Yasmina Reality

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I’m a Pomak. (What’s That?)

I’m a Pomak. (What’s That?)

My Muslim heritage goes back to the Ottoman empire when Islam spread into the Balkans. My paternal ancestry is Bulgarian Muslim or Pomak.  It’s such a minority, it’s still not completely recognized.  I’m a minority of a minority.  When hanging around mosques my entire life, finding a Pomak was like finding a needle in a haystack. We are rare. So we generally cling to different Balkan or ethnic Muslim groups willing to let us hang around. 🙂

Thanks to my brother for posting this website. It is a good explanation of my heritage. The name changing it talks about? Yes- my maiden name is not in its original form- it was changed to sound more communist. My Pomak cousins have 2 first names: their real, Muslim first name given to them by their parents at birth and- their government issued, islamophobic, white-washed first name. (Isn’t that special?  I will only call them by their real names.)  Anyway- thought I would copy this great description along with the link to the original page here on my blog for posterity.

~Yasmina

Bulgarian-speaking Muslims (Pomaks)

Profile

Bulgarian-speaking Muslims, commonly known as Pomaks, are most probably descendants of Bulgarian Christians who converted to Islam during the period of Ottoman rule, while retaining the Bulgarian language as well as certain Orthodox practices. Although precise figures are not available in census data, the minority is estimated at about 160,000-240,000 people, dwelling mainly in the Rhodope Mountains. The authorities do not consider the Pomaks a distinct minority and in the 2001 there was no figure given for them.

Historical context

Bulgarian-speaking Muslims were subjected to forcible conversion in 1912-13 and were the victims of government-led name-changing in the early 1940s. In 1948, the communist authorities initiated programmes aimed at their assimilation, including population transfer to areas of ethnic Bulgarian settlement. Between 1970 and 1973, vigorous attempts were made to oblige Pomaks to abandon their Muslim and Arabic names and adopt Bulgarian ones.

These measures were accompanied by violence and led to many deaths. In the late 1980s Pomaks participated in the mass protests at the name-changing campaign of the communist government. Unlike ethnic Turks, Bulgarian-speaking Muslims were refused permission by the authorities to emigrate to Turkey.

Even after the demise of the communist regime in 1989, Pomaks continued to face governments refusing to recognize their separate identity.  Beyond the state, Pomaks remain subject to outside pressure on their identity from a number of different sources including the ethnic Turkish community, and Orthodox and other religious groups proselytizing among them.  Some Pomaks, mainly in the eastern Rhodope mountains, have converted to Christianity, mainly by joining the Uniate and Protestant churches.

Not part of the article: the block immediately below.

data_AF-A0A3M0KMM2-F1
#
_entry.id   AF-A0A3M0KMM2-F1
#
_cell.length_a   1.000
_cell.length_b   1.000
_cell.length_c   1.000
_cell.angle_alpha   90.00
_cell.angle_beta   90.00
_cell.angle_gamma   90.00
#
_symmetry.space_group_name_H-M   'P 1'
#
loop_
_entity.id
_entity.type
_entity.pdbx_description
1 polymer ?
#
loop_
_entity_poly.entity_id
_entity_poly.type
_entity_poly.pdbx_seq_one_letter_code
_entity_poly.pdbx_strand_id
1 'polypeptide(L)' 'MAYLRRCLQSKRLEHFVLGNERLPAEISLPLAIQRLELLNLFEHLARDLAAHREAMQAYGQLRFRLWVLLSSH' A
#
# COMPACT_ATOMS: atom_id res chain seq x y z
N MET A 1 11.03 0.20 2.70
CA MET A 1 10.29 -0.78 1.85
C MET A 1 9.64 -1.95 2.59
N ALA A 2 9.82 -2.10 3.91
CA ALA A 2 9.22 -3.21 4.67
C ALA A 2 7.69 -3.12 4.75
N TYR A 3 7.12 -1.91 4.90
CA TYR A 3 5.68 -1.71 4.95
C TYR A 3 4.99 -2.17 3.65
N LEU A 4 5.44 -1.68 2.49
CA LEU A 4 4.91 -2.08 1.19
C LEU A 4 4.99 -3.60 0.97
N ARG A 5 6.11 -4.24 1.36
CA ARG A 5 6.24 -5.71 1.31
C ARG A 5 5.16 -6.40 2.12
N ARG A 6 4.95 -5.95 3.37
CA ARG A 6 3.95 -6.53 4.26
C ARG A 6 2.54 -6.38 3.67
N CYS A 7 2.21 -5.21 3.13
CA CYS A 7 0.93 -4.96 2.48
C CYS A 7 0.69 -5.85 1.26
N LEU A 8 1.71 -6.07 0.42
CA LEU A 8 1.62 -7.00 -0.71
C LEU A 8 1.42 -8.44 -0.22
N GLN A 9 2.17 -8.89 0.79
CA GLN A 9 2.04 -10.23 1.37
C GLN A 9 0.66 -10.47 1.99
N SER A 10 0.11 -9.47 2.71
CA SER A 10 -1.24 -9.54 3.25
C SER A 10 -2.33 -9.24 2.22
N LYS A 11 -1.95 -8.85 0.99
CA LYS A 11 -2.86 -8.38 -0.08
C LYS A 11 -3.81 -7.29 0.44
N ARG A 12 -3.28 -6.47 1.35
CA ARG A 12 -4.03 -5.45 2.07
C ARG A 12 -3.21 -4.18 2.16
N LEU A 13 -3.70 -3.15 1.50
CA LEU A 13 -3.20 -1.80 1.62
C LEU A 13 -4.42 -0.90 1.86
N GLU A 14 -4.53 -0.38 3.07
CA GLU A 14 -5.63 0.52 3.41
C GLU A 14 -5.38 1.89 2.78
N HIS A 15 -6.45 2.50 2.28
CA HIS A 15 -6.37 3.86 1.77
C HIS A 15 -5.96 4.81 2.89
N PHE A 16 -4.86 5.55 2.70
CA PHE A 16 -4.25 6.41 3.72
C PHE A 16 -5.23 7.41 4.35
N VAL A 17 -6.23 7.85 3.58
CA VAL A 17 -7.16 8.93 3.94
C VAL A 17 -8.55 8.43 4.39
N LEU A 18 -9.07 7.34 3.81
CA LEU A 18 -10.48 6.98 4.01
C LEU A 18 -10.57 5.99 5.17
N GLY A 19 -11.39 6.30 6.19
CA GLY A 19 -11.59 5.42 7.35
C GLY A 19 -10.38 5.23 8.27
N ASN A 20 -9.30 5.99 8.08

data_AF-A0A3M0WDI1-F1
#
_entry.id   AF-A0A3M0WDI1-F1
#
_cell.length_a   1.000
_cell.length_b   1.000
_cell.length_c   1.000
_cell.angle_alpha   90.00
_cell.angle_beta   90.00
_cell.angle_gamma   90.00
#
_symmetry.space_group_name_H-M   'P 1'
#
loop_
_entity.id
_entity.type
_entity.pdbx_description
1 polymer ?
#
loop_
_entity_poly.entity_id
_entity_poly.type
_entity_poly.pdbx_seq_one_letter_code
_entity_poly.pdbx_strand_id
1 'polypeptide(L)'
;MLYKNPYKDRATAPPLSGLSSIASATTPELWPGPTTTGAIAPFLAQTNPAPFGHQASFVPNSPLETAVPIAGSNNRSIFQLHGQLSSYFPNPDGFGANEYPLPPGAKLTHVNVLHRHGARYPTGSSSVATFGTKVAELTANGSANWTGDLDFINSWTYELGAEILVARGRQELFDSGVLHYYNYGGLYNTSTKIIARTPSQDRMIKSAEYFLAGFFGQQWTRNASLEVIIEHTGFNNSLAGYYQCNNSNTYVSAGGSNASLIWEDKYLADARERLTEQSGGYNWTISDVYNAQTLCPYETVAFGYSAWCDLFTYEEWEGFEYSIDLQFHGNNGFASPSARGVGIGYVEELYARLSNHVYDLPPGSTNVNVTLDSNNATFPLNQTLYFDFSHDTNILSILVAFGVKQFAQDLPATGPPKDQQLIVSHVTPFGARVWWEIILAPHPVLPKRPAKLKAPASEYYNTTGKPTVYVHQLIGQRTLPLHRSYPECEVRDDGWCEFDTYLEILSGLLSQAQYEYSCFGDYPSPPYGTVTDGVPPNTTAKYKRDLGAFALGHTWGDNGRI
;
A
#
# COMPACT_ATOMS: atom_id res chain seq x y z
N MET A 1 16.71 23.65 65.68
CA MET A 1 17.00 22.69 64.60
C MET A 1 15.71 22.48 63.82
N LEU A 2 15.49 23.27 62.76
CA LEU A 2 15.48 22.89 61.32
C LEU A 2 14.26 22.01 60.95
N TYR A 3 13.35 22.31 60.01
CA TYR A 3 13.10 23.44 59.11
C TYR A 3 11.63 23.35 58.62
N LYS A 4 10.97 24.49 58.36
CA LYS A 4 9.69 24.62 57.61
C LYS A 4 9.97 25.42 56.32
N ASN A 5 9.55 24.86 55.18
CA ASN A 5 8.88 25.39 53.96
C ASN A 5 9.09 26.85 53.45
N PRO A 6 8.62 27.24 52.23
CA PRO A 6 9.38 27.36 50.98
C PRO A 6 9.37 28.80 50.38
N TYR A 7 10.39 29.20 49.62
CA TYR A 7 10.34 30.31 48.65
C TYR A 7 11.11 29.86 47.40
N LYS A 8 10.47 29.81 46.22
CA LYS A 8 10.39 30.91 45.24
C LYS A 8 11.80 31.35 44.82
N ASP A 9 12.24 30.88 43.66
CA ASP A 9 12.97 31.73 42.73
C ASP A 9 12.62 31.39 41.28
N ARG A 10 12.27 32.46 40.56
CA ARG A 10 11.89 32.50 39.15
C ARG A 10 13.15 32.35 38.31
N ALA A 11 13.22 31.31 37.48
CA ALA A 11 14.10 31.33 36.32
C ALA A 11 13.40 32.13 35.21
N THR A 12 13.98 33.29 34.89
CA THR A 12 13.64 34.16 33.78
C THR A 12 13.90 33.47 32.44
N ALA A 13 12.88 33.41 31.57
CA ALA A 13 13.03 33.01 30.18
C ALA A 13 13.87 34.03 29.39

While those in the central and eastern Rhodope tended to identify with Bulgarians, in the more impoverished and neglected western Rhodope region the situation was different. Here, in the early 1990s a large minority of Pomaks began to militantly identify themselves as Turks. In the 1992 census, 27,000 Bulgarian-speaking Muslims are believed to have identified themselves as Turks, while a further 35,000 are thought to have declared their mother tongue to be Turkish, even though they could not speak the language. This was believed to be due to shared religion as well as economic factors since emigration to Turkey is perceived as one way of overcoming employment difficulties. Thus, in this period it seemed that perhaps as many as a third of the community claimed to be Turkish while a third saw themselves as Bulgarians with the remainder claiming some form of ‘Pomak’ identity. In the 1992 census 65,000 declared themselves as ‘Muslims’, ‘Pomaks’, ‘Bulgarian Mohammedans’ and the like.

However, the number claiming to be Turks dropped dramatically by the late 1990s to only about five per cent in the western Rhodope while the number seeing themselves as Pomaks – ‘Muslims’ or ‘Mussulman’ being the usual form of self-classification – grew to perhaps half the community. Another factor is the drift from town to country. Previously the community remained predominantly village based with only some 20 per cent residing in towns. By the late 1990s this had risen to about 40 per cent and the trend has continued. Pomaks tended not to move to Sofia but rather Plovdiv, Asenovgrad, Pazardzhik and other towns near or in the Rhodope region. Those who move to the towns tend to identify themselves more readily as Bulgarians especially as religious practice tends to decline in urban settings.

When the government formed an important consultative body on minority rights, the National Council on Ethnic and Demographic Questions, in 1997, Pomaks were excluded.

Current issues

There are no Pomaks in the National Assembly, and Pomak political participation remains restricted to the local level.

Upon its accession in January 2007, Bulgaria became the EU member state with the largest percentage of Muslims, comprised overwhelmingly of its Turkish, Pomak, and part of its Roma populations.  Despite anti-Muslim agitation by extreme right-wing organizations, the Bulgarian government has displayed a track record of religious tolerance.  Its ongoing refusal to recognize Pomaks as a distinct group remains grounded in insistence on Slavic ethnic homogeneity as Bulgarians.

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About the Author

About the Author: I'm a Writer and Muslim Activist. I'm also a Board Member of the #MyJihad Public Education Campaign. Follow my blog at yasminareality.com or follow me on Twitter: @yasmina_reality. I'm also now on Facebook: https://www.facebook.com/YasminaReality Peace! .

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